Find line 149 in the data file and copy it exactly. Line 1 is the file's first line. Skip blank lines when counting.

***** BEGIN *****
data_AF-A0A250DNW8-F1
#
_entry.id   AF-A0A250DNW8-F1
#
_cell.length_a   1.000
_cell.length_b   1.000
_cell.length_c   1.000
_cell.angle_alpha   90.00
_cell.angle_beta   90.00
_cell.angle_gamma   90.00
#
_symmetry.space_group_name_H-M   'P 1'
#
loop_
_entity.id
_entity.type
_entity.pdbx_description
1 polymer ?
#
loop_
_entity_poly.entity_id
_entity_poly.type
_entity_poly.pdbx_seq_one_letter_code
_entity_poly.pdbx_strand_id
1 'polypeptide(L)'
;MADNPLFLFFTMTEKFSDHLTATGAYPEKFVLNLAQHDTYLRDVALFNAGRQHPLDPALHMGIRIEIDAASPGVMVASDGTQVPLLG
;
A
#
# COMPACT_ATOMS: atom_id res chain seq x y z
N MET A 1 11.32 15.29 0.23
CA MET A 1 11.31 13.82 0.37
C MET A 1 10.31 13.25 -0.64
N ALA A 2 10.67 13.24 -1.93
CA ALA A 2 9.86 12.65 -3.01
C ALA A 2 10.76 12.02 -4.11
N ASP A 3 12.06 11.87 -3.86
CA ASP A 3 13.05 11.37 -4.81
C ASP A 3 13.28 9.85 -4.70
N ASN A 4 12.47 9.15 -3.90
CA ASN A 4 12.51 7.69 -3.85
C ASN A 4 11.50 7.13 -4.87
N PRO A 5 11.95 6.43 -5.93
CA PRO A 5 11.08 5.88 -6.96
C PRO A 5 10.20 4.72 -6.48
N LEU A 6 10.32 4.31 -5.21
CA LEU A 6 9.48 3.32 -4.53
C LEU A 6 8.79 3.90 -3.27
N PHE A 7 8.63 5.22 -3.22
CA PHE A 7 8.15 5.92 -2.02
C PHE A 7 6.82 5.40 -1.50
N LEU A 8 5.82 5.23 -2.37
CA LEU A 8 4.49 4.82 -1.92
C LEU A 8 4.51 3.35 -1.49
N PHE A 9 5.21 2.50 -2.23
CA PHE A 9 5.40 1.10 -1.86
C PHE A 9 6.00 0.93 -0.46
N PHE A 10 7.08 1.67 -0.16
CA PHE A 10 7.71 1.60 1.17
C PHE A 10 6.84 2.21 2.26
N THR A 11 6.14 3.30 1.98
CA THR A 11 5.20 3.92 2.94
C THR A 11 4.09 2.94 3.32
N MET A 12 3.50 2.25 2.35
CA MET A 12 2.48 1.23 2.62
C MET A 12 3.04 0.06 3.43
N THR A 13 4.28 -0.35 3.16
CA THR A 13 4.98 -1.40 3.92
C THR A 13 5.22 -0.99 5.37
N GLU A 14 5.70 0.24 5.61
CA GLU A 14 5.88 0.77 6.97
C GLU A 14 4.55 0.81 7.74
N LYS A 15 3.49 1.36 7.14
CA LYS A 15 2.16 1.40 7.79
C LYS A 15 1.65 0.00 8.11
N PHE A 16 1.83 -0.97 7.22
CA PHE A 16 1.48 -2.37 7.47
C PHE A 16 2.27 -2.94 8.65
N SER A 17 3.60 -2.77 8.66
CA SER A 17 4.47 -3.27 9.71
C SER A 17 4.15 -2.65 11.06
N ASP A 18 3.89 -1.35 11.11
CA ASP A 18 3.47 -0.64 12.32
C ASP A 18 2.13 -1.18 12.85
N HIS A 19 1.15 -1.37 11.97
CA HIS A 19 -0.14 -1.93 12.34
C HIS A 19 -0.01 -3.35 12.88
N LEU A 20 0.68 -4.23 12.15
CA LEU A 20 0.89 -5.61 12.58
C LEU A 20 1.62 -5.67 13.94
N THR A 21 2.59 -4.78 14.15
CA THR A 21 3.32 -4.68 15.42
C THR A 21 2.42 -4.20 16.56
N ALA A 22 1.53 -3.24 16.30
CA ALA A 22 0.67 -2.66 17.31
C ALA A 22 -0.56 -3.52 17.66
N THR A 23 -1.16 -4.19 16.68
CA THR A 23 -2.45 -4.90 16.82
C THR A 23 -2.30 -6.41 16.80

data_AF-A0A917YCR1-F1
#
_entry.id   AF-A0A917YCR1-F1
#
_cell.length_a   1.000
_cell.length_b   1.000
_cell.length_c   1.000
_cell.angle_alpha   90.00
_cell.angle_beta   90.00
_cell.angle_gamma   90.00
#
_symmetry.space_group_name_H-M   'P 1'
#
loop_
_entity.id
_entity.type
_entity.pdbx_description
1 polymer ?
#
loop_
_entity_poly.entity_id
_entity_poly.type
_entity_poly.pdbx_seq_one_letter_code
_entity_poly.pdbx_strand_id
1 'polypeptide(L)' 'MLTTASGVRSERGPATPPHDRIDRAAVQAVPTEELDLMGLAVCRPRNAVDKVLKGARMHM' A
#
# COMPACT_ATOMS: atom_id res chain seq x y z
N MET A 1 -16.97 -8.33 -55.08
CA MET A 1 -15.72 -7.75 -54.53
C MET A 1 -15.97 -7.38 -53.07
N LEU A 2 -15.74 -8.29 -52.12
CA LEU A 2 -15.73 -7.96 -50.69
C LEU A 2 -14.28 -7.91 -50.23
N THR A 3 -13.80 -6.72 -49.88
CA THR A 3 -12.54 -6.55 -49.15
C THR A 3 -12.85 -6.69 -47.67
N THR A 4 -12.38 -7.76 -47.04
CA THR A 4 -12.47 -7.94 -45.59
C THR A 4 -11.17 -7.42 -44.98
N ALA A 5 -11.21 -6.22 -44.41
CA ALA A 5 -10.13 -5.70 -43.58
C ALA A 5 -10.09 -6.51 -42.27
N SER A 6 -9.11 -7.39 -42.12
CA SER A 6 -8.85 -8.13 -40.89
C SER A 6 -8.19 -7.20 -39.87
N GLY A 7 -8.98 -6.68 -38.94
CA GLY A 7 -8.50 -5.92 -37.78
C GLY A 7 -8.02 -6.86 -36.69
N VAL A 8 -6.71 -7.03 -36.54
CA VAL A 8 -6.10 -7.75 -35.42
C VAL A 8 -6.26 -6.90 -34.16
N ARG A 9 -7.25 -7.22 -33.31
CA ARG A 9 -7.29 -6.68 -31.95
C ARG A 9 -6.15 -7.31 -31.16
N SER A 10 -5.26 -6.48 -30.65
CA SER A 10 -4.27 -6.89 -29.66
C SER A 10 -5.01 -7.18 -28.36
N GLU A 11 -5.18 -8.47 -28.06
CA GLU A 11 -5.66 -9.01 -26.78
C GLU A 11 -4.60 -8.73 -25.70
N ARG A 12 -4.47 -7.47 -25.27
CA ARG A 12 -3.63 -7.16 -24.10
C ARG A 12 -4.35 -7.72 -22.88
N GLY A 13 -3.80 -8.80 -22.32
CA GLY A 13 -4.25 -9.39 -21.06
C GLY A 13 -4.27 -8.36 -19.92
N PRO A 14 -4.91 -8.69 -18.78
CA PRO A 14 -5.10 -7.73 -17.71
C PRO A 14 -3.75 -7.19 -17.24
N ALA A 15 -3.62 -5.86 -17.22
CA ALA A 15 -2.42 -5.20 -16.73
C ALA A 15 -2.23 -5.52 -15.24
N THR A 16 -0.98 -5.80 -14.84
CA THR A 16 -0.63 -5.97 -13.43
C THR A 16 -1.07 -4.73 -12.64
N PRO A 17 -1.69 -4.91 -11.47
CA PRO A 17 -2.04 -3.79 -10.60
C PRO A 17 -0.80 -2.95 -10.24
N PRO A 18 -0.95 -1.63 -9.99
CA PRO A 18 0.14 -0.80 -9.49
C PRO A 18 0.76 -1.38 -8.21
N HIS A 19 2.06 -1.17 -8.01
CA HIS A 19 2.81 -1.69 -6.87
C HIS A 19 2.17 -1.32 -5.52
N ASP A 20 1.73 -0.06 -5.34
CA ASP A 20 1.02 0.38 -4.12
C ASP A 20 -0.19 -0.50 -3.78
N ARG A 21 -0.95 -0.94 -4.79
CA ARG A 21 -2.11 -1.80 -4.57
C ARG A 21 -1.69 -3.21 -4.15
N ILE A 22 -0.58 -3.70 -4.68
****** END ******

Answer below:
CA VAL A 8 -6.10 -7.75 -35.42